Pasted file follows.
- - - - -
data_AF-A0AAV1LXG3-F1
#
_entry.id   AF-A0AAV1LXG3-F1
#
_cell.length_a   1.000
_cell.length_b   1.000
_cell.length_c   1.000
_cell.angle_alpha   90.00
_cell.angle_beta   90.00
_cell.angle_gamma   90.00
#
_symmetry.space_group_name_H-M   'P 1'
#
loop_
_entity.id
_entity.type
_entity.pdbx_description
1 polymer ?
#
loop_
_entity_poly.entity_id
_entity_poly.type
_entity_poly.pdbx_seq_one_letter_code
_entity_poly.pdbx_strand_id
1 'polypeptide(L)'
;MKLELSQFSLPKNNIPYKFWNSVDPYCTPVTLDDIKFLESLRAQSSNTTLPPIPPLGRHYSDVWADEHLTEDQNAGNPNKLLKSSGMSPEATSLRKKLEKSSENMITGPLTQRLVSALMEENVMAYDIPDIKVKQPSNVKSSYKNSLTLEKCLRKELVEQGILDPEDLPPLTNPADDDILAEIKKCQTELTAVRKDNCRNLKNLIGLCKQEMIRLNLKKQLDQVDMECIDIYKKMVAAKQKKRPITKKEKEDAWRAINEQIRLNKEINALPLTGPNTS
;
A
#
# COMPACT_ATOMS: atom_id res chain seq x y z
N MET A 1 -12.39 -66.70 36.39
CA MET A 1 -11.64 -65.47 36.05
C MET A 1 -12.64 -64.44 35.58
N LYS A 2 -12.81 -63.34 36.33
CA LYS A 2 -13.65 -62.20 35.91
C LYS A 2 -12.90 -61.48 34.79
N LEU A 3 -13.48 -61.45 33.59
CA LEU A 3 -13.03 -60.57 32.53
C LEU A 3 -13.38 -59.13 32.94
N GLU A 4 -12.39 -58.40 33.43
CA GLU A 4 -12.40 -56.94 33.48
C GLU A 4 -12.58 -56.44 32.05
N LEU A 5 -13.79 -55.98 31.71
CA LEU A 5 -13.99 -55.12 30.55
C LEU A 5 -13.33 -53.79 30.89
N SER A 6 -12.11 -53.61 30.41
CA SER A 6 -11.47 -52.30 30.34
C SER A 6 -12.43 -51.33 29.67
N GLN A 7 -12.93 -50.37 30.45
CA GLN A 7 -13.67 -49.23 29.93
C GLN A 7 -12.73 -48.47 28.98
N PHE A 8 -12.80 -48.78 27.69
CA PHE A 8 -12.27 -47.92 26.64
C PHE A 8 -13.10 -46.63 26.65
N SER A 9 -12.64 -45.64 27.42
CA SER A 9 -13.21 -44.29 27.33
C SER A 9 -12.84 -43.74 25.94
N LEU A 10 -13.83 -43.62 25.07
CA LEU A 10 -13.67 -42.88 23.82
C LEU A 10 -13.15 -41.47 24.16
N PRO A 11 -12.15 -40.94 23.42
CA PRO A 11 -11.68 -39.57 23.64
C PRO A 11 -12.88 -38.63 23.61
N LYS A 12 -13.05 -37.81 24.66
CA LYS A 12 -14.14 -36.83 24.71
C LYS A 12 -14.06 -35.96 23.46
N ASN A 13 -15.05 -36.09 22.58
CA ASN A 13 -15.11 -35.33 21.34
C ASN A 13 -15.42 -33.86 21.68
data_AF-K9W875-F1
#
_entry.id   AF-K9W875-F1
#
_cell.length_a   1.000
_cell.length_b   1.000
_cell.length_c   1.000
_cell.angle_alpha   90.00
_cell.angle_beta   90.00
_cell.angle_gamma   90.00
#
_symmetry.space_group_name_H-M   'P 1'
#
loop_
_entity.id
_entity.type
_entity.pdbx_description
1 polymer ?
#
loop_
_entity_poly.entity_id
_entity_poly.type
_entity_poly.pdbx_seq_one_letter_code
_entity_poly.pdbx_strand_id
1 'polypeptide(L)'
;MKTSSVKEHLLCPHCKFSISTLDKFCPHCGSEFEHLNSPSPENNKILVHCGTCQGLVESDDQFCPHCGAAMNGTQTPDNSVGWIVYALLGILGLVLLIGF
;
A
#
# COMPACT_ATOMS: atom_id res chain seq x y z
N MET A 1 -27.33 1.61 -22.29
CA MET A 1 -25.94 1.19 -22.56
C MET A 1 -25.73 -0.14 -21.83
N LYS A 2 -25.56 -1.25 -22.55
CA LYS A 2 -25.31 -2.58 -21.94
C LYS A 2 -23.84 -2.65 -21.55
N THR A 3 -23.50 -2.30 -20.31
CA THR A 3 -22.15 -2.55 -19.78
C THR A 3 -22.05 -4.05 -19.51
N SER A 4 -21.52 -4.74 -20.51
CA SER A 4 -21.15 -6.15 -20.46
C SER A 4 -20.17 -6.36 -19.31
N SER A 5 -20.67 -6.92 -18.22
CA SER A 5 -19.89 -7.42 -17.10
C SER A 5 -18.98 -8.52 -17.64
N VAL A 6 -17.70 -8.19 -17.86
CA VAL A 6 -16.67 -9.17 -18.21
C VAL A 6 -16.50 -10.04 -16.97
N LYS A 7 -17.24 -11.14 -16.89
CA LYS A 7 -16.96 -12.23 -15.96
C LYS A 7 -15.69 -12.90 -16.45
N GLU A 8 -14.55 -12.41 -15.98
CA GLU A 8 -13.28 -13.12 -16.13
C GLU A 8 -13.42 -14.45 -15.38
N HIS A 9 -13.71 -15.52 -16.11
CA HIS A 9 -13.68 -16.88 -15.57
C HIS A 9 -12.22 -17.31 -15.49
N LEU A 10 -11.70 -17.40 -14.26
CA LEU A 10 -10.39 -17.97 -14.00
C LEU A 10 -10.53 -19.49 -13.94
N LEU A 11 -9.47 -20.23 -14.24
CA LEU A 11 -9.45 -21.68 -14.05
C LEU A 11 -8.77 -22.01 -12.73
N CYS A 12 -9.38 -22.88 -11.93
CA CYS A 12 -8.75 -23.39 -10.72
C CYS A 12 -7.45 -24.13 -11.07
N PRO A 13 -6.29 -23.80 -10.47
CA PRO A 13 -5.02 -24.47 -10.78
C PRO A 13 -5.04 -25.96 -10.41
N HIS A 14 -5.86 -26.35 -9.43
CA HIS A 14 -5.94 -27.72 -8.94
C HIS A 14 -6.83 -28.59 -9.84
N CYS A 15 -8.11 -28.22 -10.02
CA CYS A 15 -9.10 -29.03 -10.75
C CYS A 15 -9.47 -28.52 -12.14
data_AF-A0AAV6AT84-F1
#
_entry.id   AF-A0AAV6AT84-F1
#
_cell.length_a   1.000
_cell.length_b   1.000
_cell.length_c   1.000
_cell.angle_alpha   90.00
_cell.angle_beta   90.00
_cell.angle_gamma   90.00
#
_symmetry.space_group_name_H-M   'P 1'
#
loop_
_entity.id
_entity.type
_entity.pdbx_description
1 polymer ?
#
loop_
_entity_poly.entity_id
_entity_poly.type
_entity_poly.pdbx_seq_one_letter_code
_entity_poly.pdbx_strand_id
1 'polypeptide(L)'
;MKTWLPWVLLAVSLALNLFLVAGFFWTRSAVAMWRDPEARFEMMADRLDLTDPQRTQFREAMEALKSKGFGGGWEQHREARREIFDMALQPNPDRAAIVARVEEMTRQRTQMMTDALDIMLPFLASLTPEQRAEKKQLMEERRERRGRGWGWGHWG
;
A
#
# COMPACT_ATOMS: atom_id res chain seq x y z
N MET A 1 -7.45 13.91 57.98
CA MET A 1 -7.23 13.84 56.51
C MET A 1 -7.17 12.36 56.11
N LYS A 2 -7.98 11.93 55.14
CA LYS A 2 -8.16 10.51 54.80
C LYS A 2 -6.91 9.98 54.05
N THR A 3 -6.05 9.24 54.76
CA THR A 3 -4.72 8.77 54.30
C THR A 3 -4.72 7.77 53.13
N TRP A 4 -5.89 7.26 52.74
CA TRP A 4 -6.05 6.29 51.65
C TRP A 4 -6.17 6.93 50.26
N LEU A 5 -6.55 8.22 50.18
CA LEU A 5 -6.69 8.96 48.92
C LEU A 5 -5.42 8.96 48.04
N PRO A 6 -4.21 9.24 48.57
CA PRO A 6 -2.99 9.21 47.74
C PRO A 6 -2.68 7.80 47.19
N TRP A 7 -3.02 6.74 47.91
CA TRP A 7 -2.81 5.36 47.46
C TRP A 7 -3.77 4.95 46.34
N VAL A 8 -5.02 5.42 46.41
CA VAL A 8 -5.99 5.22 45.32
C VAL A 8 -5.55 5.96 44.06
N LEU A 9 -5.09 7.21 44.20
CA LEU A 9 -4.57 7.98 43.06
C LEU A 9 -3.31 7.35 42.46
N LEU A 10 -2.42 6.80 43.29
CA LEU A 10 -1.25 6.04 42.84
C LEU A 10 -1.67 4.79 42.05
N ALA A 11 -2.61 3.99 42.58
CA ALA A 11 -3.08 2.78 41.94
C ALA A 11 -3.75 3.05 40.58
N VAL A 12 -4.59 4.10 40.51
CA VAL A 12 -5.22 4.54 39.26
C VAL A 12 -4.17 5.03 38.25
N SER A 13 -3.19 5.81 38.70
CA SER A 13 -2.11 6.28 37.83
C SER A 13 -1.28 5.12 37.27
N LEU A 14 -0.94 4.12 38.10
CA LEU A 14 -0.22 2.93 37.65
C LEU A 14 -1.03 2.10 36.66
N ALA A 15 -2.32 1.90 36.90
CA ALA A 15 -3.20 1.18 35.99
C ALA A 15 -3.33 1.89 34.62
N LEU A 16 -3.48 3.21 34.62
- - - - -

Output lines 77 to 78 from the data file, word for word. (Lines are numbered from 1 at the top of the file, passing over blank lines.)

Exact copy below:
_cell.angle_alpha   90.00
_cell.angle_beta   90.00